The European General Court has held that employed lawyers do not
have the right to represent their in-house clients before it.
Building on the controversial rejection of the application of
legal privilege to communications with in-house counsel in
the Akzo case (14 September 2010, full
report not yet published), the Court has decided that even where an
employed lawyer is a registered member of a national bar and has a
right of audience in his or her home state, the fact that the
in-house lawyer is employed by an internal client deprives the
in-house lawyer of the independence required to represent that
client before the European courts.
The first instance decision – now on appeal to the
European Court of Justice – (Order of the General Court
(Seventh Chamber) of 23 May 2011, Prezes Urzędu
Komunikacji Elektronicznej v European Commission, Case T-226) concerns Article 19 of the Statute
of the Court. This says that whilst the European institutions
themselves and Member States may be represented by an
"agent" who may be assisted by a lawyer, other parties
must be represented only by a lawyer. The lawyer must have the
right to appear before the courts of a member state.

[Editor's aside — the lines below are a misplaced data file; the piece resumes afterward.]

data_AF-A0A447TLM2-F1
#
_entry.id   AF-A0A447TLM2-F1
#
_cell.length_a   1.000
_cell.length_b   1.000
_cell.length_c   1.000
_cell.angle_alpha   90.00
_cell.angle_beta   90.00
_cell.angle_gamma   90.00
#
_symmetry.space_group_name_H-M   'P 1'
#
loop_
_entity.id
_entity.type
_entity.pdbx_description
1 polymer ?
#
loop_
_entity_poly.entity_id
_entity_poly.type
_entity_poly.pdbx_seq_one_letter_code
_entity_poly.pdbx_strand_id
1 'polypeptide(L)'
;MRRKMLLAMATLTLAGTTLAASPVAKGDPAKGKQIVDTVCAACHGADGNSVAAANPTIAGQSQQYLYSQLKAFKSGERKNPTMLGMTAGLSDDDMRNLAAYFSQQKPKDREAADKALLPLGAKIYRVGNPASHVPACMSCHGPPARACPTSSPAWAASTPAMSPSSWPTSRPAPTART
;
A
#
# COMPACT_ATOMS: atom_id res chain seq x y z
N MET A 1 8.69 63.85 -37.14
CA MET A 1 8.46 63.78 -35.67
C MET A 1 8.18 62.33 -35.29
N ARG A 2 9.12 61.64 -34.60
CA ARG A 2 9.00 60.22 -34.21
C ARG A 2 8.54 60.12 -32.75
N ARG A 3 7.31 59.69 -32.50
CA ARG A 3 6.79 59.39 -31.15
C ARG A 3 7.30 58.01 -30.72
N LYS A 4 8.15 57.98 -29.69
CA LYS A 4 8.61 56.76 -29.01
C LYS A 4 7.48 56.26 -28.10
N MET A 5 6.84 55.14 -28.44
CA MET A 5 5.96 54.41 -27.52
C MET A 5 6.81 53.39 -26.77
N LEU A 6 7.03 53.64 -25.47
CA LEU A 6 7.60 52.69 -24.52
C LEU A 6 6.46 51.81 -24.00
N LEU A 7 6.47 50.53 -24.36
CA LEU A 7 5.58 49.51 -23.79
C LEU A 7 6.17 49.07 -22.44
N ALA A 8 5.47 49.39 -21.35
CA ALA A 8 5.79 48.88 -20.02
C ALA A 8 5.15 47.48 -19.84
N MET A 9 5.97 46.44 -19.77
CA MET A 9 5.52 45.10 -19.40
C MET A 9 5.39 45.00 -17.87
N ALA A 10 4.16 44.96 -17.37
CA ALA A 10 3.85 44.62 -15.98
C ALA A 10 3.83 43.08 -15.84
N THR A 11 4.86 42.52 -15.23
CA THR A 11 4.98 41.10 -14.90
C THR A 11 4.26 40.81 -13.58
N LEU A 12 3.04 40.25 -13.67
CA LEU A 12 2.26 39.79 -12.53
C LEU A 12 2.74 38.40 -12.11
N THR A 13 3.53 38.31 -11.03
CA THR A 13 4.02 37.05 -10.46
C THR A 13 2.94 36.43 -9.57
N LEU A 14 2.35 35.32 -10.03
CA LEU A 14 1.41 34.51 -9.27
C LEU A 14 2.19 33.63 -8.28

The case in question was an appeal against a Commission decision
where the Polish appellant was not a state or European institution,
and was represented by two employed lawyers with the title
radca prawny (analogous to an English solicitor or French
former conseil juridique). Even though a radca
prawny does have a right of audience (except in certain
criminal matters) before the Polish courts, the European Court of
First Instance held that the fact that the Polish lawyers were
employed meant they could not represent their client before it.
If upheld by the European Court of Justice, the ruling will
further exemplify the outdated and destructive attitude of the
European jurisdictions to the important role of in-house
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In the recent appeal court case of Linda Gordon and Others v Campbell Riddell Breeze Paterson LLP, the Court of Session has taken the opportunity to provide some further clarity on Morrison v ICL Plastics Ltd, the important time-bar decision by the Supreme Court in 2014.
Most legal contracts contain standard "boiler
plate" clauses buried at the end, one of which says
something about choice of law and jurisdiction. Few clients
attach much importance to it. The reason for this may be
because contracting parties, on the threshold of a new life
together, do not want to spoil the wedding day by squabbling
over the terms of a pre-nup. The problem is, however, that the
consequences of the wrong choice, or no choice, can be quite